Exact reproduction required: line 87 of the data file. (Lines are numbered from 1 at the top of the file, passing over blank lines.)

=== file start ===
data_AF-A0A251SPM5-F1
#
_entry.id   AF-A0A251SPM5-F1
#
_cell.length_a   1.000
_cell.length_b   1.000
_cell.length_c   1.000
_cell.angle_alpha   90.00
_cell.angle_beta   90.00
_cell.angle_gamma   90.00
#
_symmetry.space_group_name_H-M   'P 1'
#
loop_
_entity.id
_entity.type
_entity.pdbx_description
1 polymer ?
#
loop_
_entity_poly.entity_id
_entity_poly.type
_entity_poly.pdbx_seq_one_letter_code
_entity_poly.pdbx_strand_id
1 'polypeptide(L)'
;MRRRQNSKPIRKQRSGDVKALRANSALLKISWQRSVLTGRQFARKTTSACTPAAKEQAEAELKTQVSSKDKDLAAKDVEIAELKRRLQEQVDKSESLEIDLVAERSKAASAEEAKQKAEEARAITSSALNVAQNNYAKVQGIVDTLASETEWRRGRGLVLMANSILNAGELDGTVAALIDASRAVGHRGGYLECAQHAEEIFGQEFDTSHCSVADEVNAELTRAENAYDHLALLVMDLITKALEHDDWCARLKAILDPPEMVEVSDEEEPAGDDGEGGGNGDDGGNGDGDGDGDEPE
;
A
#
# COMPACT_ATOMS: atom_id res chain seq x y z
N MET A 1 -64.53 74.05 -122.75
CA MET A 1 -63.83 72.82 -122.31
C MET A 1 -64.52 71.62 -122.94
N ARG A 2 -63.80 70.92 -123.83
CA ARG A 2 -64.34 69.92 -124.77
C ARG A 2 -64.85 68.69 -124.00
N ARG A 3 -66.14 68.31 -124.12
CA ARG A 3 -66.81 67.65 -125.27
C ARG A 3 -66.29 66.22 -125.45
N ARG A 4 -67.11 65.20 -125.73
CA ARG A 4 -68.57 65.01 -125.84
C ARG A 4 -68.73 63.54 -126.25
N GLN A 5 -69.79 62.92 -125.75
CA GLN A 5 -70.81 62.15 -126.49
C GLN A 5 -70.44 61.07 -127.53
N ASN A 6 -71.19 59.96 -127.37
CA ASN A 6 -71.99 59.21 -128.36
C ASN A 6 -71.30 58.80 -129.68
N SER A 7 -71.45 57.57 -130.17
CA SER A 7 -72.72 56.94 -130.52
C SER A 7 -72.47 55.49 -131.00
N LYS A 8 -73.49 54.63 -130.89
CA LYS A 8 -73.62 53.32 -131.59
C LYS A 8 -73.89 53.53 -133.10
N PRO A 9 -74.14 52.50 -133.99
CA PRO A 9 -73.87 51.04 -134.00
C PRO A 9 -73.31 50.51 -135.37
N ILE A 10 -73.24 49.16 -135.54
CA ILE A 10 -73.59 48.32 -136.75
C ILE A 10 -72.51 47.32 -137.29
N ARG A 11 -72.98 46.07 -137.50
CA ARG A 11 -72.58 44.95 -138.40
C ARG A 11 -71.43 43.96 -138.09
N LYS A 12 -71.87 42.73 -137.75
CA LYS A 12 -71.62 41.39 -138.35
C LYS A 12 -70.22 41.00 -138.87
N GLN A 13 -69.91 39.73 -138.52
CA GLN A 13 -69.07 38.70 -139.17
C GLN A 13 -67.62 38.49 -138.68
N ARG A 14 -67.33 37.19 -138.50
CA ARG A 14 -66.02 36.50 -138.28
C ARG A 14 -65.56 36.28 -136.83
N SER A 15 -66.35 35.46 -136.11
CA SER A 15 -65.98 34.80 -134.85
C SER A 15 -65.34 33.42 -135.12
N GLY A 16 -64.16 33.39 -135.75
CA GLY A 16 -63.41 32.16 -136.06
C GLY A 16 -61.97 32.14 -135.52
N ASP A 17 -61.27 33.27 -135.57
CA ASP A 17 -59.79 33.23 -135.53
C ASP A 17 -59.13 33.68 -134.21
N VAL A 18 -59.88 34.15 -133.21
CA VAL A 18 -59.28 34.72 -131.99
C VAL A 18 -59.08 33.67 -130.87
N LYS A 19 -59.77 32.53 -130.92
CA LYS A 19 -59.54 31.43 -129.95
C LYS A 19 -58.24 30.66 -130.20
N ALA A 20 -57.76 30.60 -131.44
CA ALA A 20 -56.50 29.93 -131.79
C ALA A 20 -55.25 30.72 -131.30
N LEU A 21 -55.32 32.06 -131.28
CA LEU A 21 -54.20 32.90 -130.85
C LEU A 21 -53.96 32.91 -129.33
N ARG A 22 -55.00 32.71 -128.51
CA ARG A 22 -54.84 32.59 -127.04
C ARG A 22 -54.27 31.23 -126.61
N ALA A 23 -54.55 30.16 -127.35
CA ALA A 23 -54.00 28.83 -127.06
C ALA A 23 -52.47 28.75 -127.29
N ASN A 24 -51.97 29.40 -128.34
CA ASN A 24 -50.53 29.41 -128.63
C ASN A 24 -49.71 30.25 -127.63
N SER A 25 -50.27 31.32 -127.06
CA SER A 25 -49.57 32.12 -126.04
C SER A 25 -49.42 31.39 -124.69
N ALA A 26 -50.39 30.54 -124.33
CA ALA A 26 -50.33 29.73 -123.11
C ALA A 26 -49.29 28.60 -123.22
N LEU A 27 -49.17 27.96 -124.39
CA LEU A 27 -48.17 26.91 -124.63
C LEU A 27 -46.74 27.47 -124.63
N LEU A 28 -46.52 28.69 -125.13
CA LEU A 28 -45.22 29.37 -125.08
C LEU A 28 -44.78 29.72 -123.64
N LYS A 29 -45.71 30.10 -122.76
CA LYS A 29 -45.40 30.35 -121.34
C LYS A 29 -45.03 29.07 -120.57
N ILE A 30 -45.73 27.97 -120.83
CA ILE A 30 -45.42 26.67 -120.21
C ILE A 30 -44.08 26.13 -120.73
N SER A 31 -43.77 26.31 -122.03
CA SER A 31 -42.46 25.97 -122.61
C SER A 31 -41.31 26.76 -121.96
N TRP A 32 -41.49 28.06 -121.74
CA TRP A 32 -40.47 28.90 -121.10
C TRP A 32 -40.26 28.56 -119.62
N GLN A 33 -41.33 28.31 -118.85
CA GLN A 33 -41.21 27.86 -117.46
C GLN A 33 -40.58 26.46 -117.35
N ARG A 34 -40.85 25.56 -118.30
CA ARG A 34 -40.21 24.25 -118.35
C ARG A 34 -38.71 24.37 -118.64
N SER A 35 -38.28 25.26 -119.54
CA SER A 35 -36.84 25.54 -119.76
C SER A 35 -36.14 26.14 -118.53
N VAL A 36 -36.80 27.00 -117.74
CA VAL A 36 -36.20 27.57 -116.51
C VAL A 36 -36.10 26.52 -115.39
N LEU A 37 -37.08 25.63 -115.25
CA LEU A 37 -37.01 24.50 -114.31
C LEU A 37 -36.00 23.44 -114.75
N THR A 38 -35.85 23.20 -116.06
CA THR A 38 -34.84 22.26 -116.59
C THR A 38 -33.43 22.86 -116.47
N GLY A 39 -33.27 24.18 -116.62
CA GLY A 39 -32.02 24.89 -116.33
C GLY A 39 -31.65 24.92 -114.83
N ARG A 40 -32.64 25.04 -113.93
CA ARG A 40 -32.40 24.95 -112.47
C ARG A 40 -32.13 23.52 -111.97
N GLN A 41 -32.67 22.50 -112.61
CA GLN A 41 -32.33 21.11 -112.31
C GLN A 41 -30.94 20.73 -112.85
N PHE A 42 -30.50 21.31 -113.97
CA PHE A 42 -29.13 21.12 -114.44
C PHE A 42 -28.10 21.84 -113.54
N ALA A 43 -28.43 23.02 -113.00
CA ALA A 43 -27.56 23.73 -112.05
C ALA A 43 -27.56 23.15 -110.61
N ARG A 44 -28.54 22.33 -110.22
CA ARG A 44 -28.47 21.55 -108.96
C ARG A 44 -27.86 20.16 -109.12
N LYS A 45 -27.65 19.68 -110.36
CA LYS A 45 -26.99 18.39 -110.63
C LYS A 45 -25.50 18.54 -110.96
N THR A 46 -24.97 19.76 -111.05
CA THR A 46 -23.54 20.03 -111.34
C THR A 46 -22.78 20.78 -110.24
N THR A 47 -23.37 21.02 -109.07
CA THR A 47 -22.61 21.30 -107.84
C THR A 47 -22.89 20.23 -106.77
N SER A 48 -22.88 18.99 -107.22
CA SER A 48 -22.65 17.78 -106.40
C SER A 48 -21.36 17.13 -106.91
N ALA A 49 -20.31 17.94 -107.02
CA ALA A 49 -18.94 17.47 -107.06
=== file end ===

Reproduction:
C LYS A 19 -58.24 30.66 -130.20